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Parsons v. Estate of Wambaugh





Appeal from the Circuit Court of Cook County; the Hon. Richard Dowdle, Judge, presiding.


After a complete hearing, the trial court disallowed expenditures of $5,880.75 presented in the "Second Current Account" of Edward Parsons (defendant), acting as plenary-guardian of Catherine Wambaugh (ward). In addition, the court assessed a surcharge of $20,100 against defendant. Defendant appeals.

The ward was found physically and mentally incapable of handling her affairs. On October 18, 1974, defendant was appointed conservator of the person and estate of the ward. The principal asset of the estate was a home which had been owned in joint tenancy by the ward and her deceased son. The ward was also the sole beneficiary of her son's estate. At the time of the son's death in 1974, the ward was living in a rehabilitation center or nursing home. She continued to live there throughout the period of this litigation. Thus the home owned by the ward had been vacant since the death of the son.

In 1976, a dispute arose between defendant and the gas company involving a bill which defendant charged was exorbitant. Defendant refused to make payment. In March of 1976, apparently without notice, the gas company disconnected the gas from the property. This resulted in frozen pipes, general flooding, and considerable damage to the property. In addition, although the record is not definite in this regard, there is testimony that the premises were damaged on three separate occasions by freezing of water in the toilet bowl. Defendant himself testified "the gas was shut off from time to time."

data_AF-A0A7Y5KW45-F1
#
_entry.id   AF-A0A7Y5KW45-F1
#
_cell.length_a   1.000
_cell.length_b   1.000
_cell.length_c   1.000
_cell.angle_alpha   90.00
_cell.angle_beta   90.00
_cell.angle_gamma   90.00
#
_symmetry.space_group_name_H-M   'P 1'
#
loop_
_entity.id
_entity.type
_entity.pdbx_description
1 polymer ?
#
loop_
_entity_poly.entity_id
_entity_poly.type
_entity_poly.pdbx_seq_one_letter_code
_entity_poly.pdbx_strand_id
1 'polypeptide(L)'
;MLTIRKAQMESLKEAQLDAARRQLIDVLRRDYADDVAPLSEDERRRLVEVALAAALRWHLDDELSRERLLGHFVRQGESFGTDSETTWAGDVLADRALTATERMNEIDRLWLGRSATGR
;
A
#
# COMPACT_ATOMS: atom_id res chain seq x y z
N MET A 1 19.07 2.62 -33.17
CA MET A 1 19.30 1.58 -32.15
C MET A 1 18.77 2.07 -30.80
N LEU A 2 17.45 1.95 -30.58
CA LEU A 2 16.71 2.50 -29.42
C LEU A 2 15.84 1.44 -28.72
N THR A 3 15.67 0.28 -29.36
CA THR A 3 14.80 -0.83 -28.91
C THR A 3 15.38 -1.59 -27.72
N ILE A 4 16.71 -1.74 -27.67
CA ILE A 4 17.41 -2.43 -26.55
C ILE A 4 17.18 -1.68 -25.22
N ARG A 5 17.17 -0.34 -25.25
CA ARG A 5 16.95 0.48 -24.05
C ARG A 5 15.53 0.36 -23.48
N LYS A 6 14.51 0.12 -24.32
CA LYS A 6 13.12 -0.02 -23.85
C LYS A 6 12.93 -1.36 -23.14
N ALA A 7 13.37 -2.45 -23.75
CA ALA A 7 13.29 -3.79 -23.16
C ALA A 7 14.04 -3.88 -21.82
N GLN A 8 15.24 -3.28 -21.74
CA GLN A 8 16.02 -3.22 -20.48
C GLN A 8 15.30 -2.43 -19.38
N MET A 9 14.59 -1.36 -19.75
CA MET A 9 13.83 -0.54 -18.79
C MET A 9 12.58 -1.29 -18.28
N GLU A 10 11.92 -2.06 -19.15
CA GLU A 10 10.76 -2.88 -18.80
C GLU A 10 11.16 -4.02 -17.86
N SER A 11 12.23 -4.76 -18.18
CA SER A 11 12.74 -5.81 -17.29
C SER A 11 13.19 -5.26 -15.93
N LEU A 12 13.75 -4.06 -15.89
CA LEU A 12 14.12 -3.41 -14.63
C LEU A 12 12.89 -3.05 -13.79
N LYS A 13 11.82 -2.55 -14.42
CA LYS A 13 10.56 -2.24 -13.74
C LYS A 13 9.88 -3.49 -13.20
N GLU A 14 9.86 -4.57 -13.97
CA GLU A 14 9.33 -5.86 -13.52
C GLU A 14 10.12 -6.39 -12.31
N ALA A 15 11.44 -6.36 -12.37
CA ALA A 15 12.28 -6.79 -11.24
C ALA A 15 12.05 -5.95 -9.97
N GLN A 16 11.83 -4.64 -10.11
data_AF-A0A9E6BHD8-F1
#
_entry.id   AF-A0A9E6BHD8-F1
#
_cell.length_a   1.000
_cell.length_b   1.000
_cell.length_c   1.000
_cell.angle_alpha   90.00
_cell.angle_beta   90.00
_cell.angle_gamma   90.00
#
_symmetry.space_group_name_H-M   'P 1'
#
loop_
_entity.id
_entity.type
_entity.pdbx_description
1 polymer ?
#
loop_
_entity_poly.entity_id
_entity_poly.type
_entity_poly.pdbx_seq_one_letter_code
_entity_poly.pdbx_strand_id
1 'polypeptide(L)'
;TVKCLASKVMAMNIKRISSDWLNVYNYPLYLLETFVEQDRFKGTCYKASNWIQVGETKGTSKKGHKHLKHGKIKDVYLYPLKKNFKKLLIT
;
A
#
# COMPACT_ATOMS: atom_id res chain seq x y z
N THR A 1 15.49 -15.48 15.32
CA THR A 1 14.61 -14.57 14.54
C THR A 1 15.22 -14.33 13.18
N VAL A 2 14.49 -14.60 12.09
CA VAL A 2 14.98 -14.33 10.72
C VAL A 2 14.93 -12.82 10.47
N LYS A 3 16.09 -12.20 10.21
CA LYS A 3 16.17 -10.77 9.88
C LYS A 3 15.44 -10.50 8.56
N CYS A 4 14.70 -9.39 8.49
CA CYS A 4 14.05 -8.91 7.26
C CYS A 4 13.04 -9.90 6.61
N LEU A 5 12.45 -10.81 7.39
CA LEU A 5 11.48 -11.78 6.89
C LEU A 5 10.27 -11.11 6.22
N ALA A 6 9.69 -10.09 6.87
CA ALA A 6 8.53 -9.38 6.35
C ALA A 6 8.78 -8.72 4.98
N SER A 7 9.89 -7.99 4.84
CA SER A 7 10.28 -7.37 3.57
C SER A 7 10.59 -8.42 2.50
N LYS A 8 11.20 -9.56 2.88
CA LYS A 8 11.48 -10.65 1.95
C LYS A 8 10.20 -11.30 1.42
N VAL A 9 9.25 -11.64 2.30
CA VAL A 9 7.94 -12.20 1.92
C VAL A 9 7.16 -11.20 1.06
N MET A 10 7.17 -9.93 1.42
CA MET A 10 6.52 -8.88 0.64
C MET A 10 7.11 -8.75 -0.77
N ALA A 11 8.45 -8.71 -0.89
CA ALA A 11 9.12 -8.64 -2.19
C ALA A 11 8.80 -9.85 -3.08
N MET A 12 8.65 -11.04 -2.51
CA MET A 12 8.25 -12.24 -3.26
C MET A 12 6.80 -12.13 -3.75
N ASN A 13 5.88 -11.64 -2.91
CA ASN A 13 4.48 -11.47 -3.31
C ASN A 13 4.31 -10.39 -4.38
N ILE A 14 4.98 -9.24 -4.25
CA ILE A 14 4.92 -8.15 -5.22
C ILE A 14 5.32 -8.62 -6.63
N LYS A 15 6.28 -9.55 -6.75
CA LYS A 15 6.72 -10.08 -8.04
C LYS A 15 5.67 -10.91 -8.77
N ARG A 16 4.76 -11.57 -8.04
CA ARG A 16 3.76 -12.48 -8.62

Defendant hired a "remodeling contractor" to repair the damaged property. This person testified he had never been licensed by the city of Chicago or any other governmental agency. From the record, it appears an attempted renovation was largely completed by January of 1977, though incidental repairs were carried on during the next two years. In defendant's "Second Current Account" he reported total expenditures to this contractor of $11,076.10 for "repair and maintenance of the realty." The property remained vacant until it was sold in July 1981 for $52,000.

On September 20, 1980, a creditor of the ward's estate petitioned the court to remove defendant as conservator. Defendant submitted his "Second Current Account" mentioned previously, and the court appointed a guardian ad litem for the ward. The guardian ad litem challenged a portion of the payments to the contractor because of alleged lack of verification and duplicated work. Also the guardian ad litem argued the defendant should be surcharged for allowing the property to remain vacant from 1974 through July of 1981.

A qualified appraiser testified he inspected the property on August 5, 1981. He found the condition of the interior was "poor." He estimated the fair market value of the property to be $54,520. However, he also estimated it would cost $4,000 to "cure" the then current defects of the property. The appraiser also testified the fair market rental value of the property from 1974 to 1981, was an average of $300 a month, assuming the property to be in good condition. He estimated the rental value of the property for the period it was vacant, six years and nine months, to be $24,300.

The trial court disallowed $5,880.75 of the $11,076.10 paid by defendant to the contractor because various payments were not verified by vouchers. The court also assessed a surcharge of $20,100 against defendant for failing to rent or attempt to rent the property. This sum was computed at $300 per month commencing only from January 1, 1976, through July 31, 1981.